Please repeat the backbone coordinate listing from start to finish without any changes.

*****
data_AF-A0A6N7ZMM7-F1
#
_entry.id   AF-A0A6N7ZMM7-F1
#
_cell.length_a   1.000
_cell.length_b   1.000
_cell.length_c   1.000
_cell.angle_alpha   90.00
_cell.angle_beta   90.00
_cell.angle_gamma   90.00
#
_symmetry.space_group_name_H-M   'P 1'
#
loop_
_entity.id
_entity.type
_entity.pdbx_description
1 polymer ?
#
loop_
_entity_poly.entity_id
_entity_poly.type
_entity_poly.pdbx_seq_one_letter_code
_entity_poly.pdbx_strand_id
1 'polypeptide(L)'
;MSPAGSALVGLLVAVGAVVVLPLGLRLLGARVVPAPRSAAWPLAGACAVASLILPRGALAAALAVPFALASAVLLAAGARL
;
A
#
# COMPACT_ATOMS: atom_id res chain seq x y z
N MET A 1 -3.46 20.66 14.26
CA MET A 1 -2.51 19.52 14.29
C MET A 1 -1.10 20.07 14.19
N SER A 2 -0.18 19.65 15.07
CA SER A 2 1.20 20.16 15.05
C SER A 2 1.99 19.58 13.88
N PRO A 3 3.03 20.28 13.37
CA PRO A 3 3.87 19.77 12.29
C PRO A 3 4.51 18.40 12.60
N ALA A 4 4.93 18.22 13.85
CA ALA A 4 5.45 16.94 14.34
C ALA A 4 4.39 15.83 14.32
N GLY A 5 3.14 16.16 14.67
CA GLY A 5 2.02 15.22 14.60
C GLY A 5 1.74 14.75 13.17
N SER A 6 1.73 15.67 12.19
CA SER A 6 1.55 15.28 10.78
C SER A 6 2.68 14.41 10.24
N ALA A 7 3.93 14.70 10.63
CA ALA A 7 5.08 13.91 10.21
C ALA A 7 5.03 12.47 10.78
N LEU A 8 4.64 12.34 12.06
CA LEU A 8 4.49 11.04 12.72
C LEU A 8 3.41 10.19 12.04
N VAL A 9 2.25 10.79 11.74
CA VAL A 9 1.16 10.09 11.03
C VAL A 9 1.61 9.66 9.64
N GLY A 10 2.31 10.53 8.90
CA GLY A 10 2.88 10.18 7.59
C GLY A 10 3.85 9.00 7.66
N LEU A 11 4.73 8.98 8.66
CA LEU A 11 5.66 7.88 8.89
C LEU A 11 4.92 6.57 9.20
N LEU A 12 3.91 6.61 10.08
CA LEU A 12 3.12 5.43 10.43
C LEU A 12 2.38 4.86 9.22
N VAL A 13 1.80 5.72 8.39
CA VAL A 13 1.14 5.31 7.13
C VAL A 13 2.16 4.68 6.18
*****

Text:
data_AF-A0A6N7ZMM7-F1
#
_entry.id   AF-A0A6N7ZMM7-F1
#
_cell.length_a   1.000
_cell.length_b   1.000
_cell.length_c   1.000
_cell.angle_alpha   90.00
_cell.angle_beta   90.00
_cell.angle_gamma   90.00
#
_symmetry.space_group_name_H-M   'P 1'
#
loop_
_entity.id
_entity.type
_entity.pdbx_description
1 polymer ?
#
loop_
_entity_poly.entity_id
_entity_poly.type
_entity_poly.pdbx_seq_one_letter_code
_entity_poly.pdbx_strand_id
1 'polypeptide(L)'
;MSPAGSALVGLLVAVGAVVVLPLGLRLLGARVVPAPRSAAWPLAGACAVASLILPRGALAAALAVPFALASAVLLAAGARL
;
A
#
# COMPACT_ATOMS: atom_id res chain seq x y z
N MET A 1 -3.46 20.66 14.26
CA MET A 1 -2.51 19.52 14.29
C MET A 1 -1.10 20.07 14.19
N SER A 2 -0.18 19.65 15.07
CA SER A 2 1.20 20.16 15.05
C SER A 2 1.99 19.58 13.88
N PRO A 3 3.03 20.28 13.37
CA PRO A 3 3.87 19.77 12.29
C PRO A 3 4.51 18.40 12.60
N ALA A 4 4.93 18.22 13.85
CA ALA A 4 5.45 16.94 14.34
C ALA A 4 4.39 15.83 14.32
N GLY A 5 3.14 16.16 14.67
CA GLY A 5 2.02 15.22 14.60
C GLY A 5 1.74 14.75 13.17
N SER A 6 1.73 15.67 12.19
CA SER A 6 1.55 15.28 10.78
C SER A 6 2.68 14.41 10.24
N ALA A 7 3.93 14.70 10.63
CA ALA A 7 5.08 13.91 10.21
C ALA A 7 5.03 12.47 10.78
N LEU A 8 4.64 12.34 12.06
CA LEU A 8 4.49 11.04 12.72
C LEU A 8 3.41 10.19 12.04
N VAL A 9 2.25 10.79 11.74
CA VAL A 9 1.16 10.09 11.03
C VAL A 9 1.61 9.66 9.64
N GLY A 10 2.31 10.53 8.90
CA GLY A 10 2.88 10.18 7.59
C GLY A 10 3.85 9.00 7.66
N LEU A 11 4.73 8.98 8.66
CA LEU A 11 5.66 7.88 8.89
C LEU A 11 4.92 6.57 9.20
N LEU A 12 3.91 6.61 10.08
CA LEU A 12 3.12 5.43 10.43
C LEU A 12 2.38 4.86 9.22
N VAL A 13 1.80 5.72 8.39
CA VAL A 13 1.14 5.31 7.13
C VAL A 13 2.16 4.68 6.18